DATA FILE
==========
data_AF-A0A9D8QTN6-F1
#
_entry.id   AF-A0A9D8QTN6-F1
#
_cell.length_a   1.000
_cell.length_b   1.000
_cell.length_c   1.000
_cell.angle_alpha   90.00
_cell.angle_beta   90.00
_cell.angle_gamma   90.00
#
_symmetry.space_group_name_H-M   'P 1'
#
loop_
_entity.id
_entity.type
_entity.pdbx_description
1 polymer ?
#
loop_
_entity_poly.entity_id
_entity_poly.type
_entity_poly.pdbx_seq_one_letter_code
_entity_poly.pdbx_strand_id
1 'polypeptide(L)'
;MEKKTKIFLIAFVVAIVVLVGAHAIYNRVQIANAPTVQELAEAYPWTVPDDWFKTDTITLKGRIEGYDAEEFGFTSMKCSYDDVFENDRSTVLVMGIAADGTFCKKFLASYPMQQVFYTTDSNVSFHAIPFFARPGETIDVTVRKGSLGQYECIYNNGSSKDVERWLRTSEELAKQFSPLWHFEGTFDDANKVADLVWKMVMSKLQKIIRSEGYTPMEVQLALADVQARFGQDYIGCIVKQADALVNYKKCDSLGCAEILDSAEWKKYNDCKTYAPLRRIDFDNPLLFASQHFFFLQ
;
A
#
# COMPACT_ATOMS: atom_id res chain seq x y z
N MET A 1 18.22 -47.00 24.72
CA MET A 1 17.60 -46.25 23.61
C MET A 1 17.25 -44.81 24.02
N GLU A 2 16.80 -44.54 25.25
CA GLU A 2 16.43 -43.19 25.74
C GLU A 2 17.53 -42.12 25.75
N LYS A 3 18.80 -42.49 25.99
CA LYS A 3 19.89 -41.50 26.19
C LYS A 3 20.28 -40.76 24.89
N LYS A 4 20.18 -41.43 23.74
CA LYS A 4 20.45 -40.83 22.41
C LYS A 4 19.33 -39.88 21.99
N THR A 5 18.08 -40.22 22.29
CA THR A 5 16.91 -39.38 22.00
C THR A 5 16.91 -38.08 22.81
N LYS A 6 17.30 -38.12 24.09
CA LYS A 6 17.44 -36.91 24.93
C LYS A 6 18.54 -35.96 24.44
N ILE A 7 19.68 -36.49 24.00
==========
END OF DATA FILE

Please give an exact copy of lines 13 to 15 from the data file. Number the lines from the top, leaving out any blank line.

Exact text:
#
loop_
_entity.id